The best suggestion I can make is to start small. It may feel unnatural to think "I sound beautiful" when you are frustrated by a fuzzy tone, but you can absolutely enjoy how nice it is to use your favorite pencil to mark a very neat courtesy accidental right where you need it. Though doing a complete stretching routine to release tension might seem out of your comfort zone, it's easy to take a refreshing drink of water and clear your mind. Focus on the little things like organizing your music in a pleasing manner, wearing a pair of cozy socks when you practice at home or putting your metronome on a slightly more relaxing tempo. Plan to pivot from any practice annoyance into a simple, accessible positive thought that does feel authentic, even if it's about something totally different than the current topic.


After even a few days of saying to yourself, "I may not be good at thinking positively yet, but I am dedicated to appreciating small practice moments," you will find that new ideas pop into your mind about the bigger things. You might be surprised that, after making what would typically be a frustrating error, you notice yourself thinking, "that's okay, I'll just take a drink of water and then try again." It may feel unexpectedly normal to hear your rough tone and then recall a piece of advice you received from a teacher helps you find more tonal clarity.


I am a big believer in "Hocus Pocus Focus." What you focus on magically grows! If you focus on things you can do instead of things you can't do, your mind begins to pick up the habit of moving in a positive direction. So that you can make Hocus Pocus Focus a priority during your practice sessions, I recommend getting a beautiful practice journal that you love to look at. Instead of just writing to-do lists or critiques in your journal, each time you move to a new practice task, write down something you appreciate. You could write, "I am breathing more fully today," "I am excited to learn this next section," "this scale was easier than before" or any other appreciative statement. The options are limitless. This is not about ignoring flaws in your playing or avoiding the work it takes to prepare your music. It's about streamlining your mind into a practice momentum machine that is programmed to give you helpful thoughts (rather than an unprogrammed, random thinking machine that sabotages you)!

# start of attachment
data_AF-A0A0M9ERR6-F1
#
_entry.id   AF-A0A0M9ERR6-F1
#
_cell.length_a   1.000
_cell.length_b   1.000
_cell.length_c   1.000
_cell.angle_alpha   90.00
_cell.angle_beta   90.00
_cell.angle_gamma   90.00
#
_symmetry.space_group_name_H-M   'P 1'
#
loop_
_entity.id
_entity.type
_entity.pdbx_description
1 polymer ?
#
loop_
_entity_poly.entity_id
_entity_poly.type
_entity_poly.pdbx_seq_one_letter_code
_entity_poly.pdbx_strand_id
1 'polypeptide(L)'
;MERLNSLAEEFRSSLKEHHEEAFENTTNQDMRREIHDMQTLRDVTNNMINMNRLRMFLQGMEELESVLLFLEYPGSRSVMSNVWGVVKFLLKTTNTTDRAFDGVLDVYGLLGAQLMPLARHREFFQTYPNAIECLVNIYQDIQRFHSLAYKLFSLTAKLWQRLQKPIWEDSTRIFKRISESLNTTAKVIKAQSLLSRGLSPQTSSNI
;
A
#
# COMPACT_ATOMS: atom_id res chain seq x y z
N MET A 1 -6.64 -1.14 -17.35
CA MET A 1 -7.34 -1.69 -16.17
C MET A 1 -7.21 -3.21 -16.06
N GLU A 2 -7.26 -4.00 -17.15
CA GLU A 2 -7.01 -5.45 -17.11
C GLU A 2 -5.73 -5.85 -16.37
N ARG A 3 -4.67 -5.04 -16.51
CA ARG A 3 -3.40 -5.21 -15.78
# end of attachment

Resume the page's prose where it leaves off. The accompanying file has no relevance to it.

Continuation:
A logical perspective may help you as well. Remind yourself that wasting time on negative or self-deprecating thoughts is inefficient, counterproductive and increasingly detrimental to your mental and emotional well-being. None of this will make you sound better on the flute. It is always worthwhile to release negativity and engage in the type of mindset that will create more meaningful practice results! Whether you are starting small, writing appreciations or convincing your mind to take a better approach in general, remember that, just like music, it takes practice to get good at thinking positively!